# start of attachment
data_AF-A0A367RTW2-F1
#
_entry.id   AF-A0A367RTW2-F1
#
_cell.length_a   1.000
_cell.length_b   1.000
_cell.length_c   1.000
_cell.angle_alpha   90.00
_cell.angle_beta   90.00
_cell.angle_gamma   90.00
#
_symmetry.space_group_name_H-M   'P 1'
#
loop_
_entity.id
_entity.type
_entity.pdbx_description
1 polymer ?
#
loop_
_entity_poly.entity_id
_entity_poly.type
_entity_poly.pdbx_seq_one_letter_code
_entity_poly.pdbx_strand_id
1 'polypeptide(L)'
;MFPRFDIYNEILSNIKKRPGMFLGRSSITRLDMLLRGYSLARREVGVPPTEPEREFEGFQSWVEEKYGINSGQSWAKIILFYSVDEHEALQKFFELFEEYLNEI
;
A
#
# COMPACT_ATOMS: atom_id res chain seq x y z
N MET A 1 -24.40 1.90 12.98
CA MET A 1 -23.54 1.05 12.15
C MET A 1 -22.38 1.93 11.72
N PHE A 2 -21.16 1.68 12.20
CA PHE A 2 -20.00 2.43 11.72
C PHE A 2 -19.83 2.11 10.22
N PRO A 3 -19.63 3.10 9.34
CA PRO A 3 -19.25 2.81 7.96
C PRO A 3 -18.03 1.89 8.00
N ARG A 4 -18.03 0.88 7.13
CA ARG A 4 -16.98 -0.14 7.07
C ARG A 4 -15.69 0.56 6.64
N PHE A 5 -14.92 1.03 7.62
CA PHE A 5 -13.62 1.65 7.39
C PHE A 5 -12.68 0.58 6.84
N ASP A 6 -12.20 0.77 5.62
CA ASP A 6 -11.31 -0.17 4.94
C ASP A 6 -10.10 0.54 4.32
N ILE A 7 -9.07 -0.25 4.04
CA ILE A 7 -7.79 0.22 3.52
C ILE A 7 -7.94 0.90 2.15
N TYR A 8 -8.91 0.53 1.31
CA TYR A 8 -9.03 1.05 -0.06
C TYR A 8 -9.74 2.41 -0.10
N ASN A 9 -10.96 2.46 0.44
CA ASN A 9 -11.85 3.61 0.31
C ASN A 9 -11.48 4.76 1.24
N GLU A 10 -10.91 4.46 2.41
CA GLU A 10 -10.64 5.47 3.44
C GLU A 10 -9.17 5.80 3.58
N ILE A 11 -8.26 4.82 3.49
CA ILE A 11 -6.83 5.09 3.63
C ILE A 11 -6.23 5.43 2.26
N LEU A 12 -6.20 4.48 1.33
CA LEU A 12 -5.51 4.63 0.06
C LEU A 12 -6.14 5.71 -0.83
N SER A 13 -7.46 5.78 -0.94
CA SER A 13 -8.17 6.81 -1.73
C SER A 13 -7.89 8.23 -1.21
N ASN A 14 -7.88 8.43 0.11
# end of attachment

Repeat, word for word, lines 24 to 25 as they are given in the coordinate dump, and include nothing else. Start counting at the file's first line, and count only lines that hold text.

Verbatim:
_entity_poly.pdbx_strand_id
1 'polypeptide(L)'